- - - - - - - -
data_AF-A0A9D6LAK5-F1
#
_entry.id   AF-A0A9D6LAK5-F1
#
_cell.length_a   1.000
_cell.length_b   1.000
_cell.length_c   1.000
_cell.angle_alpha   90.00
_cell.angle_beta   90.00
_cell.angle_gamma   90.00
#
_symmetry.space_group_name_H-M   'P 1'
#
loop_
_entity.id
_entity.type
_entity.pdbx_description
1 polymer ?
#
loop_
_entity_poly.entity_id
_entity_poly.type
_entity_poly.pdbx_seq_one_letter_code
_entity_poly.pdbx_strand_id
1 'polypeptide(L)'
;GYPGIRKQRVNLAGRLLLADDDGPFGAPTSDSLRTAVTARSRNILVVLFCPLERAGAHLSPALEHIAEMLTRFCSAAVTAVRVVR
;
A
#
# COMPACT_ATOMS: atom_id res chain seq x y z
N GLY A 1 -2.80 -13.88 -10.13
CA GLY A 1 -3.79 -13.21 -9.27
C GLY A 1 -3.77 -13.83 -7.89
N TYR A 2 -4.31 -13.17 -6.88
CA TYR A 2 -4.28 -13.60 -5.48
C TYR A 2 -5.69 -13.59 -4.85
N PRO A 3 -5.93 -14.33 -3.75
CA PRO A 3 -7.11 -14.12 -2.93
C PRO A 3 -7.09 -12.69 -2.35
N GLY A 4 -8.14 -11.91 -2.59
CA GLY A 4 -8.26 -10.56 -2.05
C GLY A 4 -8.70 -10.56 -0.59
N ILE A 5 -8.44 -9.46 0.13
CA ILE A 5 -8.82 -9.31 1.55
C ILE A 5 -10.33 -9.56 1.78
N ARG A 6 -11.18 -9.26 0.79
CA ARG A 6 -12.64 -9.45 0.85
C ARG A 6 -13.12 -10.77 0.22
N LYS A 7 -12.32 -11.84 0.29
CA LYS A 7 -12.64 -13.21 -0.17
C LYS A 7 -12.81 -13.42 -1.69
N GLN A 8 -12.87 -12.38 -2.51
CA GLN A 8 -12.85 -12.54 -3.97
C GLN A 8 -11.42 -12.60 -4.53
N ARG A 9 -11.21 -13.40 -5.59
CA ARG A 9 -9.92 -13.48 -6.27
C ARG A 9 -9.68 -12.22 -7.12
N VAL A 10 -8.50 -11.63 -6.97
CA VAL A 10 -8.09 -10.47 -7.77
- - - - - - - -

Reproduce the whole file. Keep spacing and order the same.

data_AF-A0A9D6LAK5-F1
#
_entry.id   AF-A0A9D6LAK5-F1
#
_cell.length_a   1.000
_cell.length_b   1.000
_cell.length_c   1.000
_cell.angle_alpha   90.00
_cell.angle_beta   90.00
_cell.angle_gamma   90.00
#
_symmetry.space_group_name_H-M   'P 1'
#
loop_
_entity.id
_entity.type
_entity.pdbx_description
1 polymer ?
#
loop_
_entity_poly.entity_id
_entity_poly.type
_entity_poly.pdbx_seq_one_letter_code
_entity_poly.pdbx_strand_id
1 'polypeptide(L)'
;GYPGIRKQRVNLAGRLLLADDDGPFGAPTSDSLRTAVTARSRNILVVLFCPLERAGAHLSPALEHIAEMLTRFCSAAVTAVRVVR
;
A
#
# COMPACT_ATOMS: atom_id res chain seq x y z
N GLY A 1 -2.80 -13.88 -10.13
CA GLY A 1 -3.79 -13.21 -9.27
C GLY A 1 -3.77 -13.83 -7.89
N TYR A 2 -4.31 -13.17 -6.88
CA TYR A 2 -4.28 -13.60 -5.48
C TYR A 2 -5.69 -13.59 -4.85
N PRO A 3 -5.93 -14.33 -3.75
CA PRO A 3 -7.11 -14.12 -2.93
C PRO A 3 -7.09 -12.69 -2.35
N GLY A 4 -8.14 -11.91 -2.59
CA GLY A 4 -8.26 -10.56 -2.05
C GLY A 4 -8.70 -10.56 -0.59
N ILE A 5 -8.44 -9.46 0.13
CA ILE A 5 -8.82 -9.31 1.55
C ILE A 5 -10.33 -9.56 1.78
N ARG A 6 -11.18 -9.26 0.79
CA ARG A 6 -12.64 -9.45 0.85
C ARG A 6 -13.12 -10.77 0.22
N LYS A 7 -12.32 -11.84 0.29
CA LYS A 7 -12.64 -13.21 -0.17
C LYS A 7 -12.81 -13.42 -1.69
N GLN A 8 -12.87 -12.38 -2.51
CA GLN A 8 -12.85 -12.54 -3.97
C GLN A 8 -11.42 -12.60 -4.53
N ARG A 9 -11.21 -13.40 -5.59
CA ARG A 9 -9.92 -13.48 -6.27
C ARG A 9 -9.68 -12.22 -7.12
N VAL A 10 -8.50 -11.63 -6.97
CA VAL A 10 -8.09 -10.47 -7.77